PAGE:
Yeah I boxer I know was invited to spar with his MT mate, the guy backed right off when he felt the punches!! What do boxers do that they are so much stronger? Is it just that they spend 100% of their time punching instead of 50-50 or whatever? Also, how much time and whats involved in defence in boxing? So far at MT we've been taught to kind of "absorb" punches with the forearms protecting the upper body, block kicks with the shins and lean backwards out of the way of high roundhouses.
As for the kicks remember that karate, TKD roundhouses are a little different to MT ones in the way that sometimes they tell you in Karate to "snap" it, where MT tries to drive it through the target, kind of like a baseball bat.
You intend to keep it swinging hard a bit after the impact for max power.
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boxer
Yellow Belt
Yellow Belt

Joined: 23 Oct 2001
Posts: 35


PostPosted: Mon Oct 29, 2001 10:35 am    Post subject: Reply with quote

Yeah, about the whole power thing, I feel its cuz boxers invest all their time into perfecting punches and locations (locations being the biggest factor). About defense, straight punches are blocked with the right hand "catching or parrying" the punch, and hooks and wide kicks are with the gloves held parellel with the ears (cover). About leaning back, that could come back to haunt you if you mis-judge the fighters range, or get pinned against the ropes. If anything, I try to "crowd' the kick to take off some of it's power.

When punching, always remember to throw punches in combo's. Develop a good jab, as everything is off this punch.
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Slim
Orange Belt
Orange Belt

Joined: 12 Aug 2001
Posts: 104
Location: New Zealand

PostPosted: Tue Oct 30, 2001 1:11 am    Post subject: Reply with quote

I have never heard of locations, could you explain that?
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boxer
Yellow Belt
Yellow Belt

Joined: 23 Oct 2001
Posts: 35


PostPosted: Tue Oct 30, 2001 4:33 am    Post subject: Reply with quote

What I mean is choose where you punch--just don't punch anywhere. Meaning, if you land a jab, just don't shoot out the right just for the sake of punching----look to split their guard with the punch. Look for the jaw, temple, or side of the head (done by angle punching). These locations sometimes can send a shock to the brain causing a knockout. Good body locations are the solarplexus or liver (done by slipping the jab and coming over-and-up with the left hook to the outside of the ribs).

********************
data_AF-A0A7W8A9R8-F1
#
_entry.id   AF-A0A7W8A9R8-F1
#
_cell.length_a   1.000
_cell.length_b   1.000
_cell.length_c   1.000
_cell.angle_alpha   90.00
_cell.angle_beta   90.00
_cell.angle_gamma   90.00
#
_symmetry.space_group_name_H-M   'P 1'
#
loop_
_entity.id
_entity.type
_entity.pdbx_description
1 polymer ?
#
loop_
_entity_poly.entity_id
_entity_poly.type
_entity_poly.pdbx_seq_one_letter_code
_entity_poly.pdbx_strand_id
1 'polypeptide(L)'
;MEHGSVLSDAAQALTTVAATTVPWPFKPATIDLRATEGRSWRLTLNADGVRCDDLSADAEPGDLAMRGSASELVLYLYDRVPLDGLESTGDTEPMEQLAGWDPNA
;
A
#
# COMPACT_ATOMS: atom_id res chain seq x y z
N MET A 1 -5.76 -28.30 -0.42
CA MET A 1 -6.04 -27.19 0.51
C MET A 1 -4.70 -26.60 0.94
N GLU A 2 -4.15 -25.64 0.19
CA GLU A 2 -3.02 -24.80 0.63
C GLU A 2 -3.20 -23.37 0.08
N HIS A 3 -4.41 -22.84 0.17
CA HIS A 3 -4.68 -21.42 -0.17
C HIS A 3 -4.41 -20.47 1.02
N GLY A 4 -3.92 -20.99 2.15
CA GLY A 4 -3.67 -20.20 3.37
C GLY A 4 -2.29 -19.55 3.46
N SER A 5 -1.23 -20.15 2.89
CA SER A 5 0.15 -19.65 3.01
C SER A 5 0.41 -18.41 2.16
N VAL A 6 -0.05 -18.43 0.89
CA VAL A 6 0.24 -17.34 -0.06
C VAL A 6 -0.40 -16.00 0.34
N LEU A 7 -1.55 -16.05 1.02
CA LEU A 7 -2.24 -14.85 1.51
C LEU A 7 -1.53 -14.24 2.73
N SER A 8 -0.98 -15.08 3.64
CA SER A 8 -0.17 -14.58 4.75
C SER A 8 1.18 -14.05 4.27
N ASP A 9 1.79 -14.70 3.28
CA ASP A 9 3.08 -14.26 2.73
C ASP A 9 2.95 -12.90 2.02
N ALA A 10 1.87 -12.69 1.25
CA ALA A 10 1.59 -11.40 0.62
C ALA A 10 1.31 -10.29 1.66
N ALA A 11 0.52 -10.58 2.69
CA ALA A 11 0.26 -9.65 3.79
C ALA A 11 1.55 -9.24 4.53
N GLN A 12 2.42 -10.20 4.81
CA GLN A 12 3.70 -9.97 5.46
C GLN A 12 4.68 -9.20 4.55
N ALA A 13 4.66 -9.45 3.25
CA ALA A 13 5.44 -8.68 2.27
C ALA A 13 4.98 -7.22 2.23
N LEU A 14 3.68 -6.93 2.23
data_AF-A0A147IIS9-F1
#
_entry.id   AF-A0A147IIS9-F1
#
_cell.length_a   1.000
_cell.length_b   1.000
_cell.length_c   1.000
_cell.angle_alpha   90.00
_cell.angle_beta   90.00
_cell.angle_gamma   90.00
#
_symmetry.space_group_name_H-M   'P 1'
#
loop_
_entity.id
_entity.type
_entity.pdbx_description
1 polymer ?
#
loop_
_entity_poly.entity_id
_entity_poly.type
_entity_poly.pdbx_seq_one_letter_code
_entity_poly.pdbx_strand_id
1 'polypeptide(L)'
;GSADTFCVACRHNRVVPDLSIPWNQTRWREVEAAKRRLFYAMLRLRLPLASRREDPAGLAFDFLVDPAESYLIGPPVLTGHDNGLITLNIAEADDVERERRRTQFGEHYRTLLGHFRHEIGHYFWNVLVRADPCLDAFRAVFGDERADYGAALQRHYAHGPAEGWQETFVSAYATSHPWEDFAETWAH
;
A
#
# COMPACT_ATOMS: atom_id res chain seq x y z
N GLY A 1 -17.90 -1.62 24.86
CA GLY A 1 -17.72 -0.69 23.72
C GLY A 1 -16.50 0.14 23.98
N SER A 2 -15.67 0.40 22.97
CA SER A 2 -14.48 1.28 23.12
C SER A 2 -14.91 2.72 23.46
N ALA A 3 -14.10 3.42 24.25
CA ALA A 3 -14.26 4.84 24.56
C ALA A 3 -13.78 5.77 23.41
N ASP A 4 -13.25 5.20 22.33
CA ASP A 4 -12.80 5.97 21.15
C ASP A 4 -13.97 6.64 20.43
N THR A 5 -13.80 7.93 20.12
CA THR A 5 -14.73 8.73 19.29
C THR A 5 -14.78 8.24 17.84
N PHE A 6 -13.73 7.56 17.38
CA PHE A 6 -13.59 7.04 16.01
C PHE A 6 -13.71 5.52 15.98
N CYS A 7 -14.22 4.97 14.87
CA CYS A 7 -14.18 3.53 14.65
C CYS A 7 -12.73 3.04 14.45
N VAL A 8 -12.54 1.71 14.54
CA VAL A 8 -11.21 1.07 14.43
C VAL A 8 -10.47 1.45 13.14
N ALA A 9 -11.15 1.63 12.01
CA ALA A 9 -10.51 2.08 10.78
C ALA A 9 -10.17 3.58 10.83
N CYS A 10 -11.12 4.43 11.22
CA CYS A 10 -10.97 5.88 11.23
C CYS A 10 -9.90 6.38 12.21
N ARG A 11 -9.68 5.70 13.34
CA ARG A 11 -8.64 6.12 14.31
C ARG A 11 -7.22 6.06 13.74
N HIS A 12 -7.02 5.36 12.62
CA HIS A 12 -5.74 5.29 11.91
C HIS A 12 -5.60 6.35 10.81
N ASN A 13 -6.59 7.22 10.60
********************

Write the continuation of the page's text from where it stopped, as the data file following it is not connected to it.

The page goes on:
If you think about it, the so-called big punchers are excellent at choosing their punches. Everyone that fights at a high level has at least good power----the knockouts come by choosing your locations, and firing the punch quickly and accurately.
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Slim
Orange Belt
Orange Belt

Joined: 12 Aug 2001
Posts: 104
Location: New Zealand

PostPosted: Tue Oct 30, 2001 4:56 pm    Post subject: Reply with quote

I guess you develop that through hours of sparring?
At training we're not realy doing as much sparring as I would like, the pad and bag work if fine for power and speed and co-ordination, but I've been thinking lately that Im missing out on something like what you have just explained. Im not sure if the trainer is waiting for us to develop skill a bit more or what.
Did you read my post about backyard sparring in MT topic? What do you think?

I just gotta put this guy in, I love the way his right eye twitches!!
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boxer
Yellow Belt
Yellow Belt

Joined: 23 Oct 2001
Posts: 35


PostPosted: Wed Oct 31, 2001 4:49 am    Post subject: Reply with quote

I can see your trainers point to make you guys proficeint on the bag work, BUT sparring is where you learn HOW to use the skills. I can't tell you how many guys look awesome on bag work, but couldn't land a punch to save thier life when sparring. Try to suggest to your trainer doing "flow sparring" or light touch sparring. THis will at least help you develop your range and timing.

Don't spar with a guy who is trying to kill you---nothing will happen except for you being punch-shy.